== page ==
Many States are increasing standards requirements for contributions from renewable power generation assets such as solar photovoltaic and wind. Intermittent generation from these devices will require corresponding changes in other storage or generation assets or responsive demand. In addition, the solid state inverters used for these new sources of power generation will decrease characteristic response times, which will present system stability challenges. The new technology developed by LLNL would help address both of these issues by providing demand response at the sub-second timescale.


The new LLNL technology would sense active control or other signals from the grid and automatically shed or re-establish load as appropriate. This gradual reduction and reestablishment of load would give operators more time to reconfigure grid resources to respond to the transient. This increased time window for reaction should lead to lower operating costs with the current grid architecture and reduced need combustion turbines to manage the grid. LLNL envisions the development of a simulation model of the devices in a grid environment to establish the value proposition and to optimize the design while prototype devices are manufactured. Subsequently, based on selections, criteria and observations of key issues from the simulations, the devices would be tested in a physical testbed.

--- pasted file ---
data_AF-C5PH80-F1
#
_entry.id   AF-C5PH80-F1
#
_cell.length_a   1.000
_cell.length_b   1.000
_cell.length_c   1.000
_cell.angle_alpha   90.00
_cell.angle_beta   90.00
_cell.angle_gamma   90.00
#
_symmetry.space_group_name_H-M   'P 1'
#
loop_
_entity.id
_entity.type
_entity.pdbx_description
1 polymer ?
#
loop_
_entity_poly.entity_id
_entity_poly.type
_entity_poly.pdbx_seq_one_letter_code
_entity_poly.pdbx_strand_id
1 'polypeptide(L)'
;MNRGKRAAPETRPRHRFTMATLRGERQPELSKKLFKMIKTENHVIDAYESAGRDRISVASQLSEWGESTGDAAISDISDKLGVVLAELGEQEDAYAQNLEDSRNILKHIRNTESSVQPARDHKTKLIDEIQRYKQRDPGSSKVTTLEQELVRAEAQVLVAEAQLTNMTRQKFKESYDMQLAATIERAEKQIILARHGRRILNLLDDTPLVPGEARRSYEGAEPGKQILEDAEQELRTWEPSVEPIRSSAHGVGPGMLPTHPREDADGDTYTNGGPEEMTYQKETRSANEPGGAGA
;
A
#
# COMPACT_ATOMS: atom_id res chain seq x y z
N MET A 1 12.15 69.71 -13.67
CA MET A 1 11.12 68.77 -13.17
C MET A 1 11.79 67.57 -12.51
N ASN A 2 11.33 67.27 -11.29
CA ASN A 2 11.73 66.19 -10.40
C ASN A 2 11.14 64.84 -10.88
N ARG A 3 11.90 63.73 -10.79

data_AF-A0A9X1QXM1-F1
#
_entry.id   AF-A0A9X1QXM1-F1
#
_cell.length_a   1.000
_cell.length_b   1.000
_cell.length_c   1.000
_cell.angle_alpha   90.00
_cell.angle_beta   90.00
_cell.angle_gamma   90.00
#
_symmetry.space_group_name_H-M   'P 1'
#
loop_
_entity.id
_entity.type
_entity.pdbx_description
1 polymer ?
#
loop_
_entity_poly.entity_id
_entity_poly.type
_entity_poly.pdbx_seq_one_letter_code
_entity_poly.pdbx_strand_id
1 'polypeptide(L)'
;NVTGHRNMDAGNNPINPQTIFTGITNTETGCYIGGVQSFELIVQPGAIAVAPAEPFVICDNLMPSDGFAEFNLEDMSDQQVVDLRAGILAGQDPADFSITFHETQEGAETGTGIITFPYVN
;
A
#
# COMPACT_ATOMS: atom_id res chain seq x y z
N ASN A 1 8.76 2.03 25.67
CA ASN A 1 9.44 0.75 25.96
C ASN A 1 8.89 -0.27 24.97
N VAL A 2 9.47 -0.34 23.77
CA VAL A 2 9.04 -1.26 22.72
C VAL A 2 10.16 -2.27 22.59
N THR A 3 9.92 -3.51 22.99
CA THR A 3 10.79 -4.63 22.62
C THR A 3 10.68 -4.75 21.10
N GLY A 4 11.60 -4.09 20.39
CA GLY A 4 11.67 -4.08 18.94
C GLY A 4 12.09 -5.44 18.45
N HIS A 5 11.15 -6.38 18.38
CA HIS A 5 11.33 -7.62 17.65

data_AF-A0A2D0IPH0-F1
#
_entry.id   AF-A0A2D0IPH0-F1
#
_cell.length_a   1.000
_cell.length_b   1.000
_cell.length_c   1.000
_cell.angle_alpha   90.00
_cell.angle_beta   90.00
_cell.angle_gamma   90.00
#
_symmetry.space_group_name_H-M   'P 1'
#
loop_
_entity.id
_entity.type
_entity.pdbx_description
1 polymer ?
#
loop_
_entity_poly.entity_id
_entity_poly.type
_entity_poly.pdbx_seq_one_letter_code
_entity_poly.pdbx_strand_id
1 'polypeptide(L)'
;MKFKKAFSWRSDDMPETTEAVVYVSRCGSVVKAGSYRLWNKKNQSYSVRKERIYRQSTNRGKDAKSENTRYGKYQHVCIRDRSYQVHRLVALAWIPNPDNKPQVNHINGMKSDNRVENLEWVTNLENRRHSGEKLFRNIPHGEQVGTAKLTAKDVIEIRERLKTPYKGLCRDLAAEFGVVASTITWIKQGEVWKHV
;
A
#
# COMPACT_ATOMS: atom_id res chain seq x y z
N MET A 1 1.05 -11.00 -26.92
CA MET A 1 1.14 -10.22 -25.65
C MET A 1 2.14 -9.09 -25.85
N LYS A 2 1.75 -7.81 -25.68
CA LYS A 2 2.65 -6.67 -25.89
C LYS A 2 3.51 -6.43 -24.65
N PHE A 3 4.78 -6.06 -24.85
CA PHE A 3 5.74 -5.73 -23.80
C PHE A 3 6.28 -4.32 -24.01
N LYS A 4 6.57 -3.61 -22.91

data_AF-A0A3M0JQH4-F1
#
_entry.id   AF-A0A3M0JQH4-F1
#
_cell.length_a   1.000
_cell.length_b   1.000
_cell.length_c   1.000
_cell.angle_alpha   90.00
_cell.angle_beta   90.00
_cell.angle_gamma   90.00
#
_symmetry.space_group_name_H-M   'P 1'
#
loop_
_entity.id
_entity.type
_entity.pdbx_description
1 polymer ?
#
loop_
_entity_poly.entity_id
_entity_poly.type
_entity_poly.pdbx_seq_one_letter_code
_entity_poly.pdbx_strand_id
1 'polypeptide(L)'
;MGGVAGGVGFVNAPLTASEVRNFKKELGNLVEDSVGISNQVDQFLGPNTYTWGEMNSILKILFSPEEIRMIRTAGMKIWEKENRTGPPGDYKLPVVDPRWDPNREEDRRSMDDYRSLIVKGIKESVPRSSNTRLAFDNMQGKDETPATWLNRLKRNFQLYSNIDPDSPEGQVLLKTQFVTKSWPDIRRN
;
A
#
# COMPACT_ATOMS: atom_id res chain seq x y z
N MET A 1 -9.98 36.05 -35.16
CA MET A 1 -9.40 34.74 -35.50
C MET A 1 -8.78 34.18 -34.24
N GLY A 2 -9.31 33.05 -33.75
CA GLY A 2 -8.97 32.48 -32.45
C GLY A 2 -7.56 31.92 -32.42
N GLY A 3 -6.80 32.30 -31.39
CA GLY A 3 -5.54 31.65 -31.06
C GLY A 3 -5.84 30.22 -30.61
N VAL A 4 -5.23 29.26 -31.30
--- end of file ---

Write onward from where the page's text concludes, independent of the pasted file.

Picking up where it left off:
The devices would respond to control signals or indictors of system distress much faster than current demand response systems. The devices can be embedded in appliances, be sold by the utilities as adaptors for appliances or other loads. Utilities could offer the adaptors under incentive programs in a manner similar to the programs in place for compact fluorescent light bulbs. Appliance manufactures could install them and label the appliance in a manner similar to the Energy Star program in California.

Potential Applications



Sub-second response to control signals.

Improved global utility grid stability and improved economics due to peak demand shifting.

Distributed response at the distribution line scale

Improved local stability and improved economics due to reduction in line losses at transformer.

Development Status

This technology has not been reduced to practice. However, simpler components that comprise this technology are currently available on the market today.

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